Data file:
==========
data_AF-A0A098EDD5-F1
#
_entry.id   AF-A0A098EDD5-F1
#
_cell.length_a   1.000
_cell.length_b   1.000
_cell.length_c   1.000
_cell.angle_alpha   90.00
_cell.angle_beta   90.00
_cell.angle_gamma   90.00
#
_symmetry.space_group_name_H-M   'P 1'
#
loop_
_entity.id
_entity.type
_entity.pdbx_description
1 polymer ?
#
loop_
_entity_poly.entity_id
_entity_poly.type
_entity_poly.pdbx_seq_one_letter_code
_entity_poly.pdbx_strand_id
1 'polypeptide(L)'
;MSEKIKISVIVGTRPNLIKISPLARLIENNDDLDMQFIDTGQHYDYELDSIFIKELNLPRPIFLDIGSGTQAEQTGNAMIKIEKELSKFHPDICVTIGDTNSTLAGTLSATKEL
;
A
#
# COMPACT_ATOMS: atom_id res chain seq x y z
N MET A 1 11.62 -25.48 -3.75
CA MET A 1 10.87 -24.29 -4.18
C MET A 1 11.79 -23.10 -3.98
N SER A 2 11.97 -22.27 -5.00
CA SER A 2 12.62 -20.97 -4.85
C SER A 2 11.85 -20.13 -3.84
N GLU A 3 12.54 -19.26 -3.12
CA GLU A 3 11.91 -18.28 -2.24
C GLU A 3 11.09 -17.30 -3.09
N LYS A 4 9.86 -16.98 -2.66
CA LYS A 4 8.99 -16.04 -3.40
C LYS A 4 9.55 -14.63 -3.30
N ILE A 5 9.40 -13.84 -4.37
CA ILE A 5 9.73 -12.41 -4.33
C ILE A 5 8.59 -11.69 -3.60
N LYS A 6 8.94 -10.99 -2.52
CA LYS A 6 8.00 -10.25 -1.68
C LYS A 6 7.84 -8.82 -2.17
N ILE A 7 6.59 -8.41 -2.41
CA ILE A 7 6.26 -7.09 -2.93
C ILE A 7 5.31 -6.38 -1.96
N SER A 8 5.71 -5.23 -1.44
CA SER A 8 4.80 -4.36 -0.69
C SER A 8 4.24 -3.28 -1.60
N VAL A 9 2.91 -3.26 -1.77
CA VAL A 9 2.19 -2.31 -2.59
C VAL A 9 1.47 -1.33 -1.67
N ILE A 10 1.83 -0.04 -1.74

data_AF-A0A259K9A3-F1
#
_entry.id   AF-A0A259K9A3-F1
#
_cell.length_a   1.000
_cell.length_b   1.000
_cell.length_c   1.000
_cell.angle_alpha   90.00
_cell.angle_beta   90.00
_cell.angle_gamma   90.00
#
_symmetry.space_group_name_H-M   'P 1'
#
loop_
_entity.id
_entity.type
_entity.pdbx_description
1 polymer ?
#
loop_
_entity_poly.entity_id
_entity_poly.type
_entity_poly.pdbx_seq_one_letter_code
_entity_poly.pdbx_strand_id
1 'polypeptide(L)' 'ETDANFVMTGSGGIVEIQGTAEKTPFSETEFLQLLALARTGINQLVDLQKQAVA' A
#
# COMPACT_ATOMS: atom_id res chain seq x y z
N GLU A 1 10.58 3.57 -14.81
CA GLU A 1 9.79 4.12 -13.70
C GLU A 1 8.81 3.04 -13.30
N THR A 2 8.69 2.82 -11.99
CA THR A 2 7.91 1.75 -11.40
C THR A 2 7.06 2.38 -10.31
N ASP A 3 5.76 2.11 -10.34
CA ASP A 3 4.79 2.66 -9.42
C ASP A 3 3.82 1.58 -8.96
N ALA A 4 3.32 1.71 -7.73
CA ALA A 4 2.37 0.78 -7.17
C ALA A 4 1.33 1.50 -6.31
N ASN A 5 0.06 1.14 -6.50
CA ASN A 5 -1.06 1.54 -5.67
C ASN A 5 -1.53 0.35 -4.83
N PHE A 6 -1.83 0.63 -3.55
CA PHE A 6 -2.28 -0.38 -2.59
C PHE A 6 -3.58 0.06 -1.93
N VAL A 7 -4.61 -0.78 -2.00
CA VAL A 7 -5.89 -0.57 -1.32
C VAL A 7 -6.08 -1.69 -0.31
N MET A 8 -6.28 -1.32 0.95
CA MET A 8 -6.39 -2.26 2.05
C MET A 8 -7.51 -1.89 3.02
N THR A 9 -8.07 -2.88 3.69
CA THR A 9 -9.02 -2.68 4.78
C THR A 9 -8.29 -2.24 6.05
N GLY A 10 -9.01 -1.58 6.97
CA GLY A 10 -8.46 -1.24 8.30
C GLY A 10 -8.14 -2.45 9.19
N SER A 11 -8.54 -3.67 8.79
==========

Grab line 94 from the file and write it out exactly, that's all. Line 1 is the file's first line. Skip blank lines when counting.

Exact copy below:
C ASP A 3 3.82 1.58 -8.96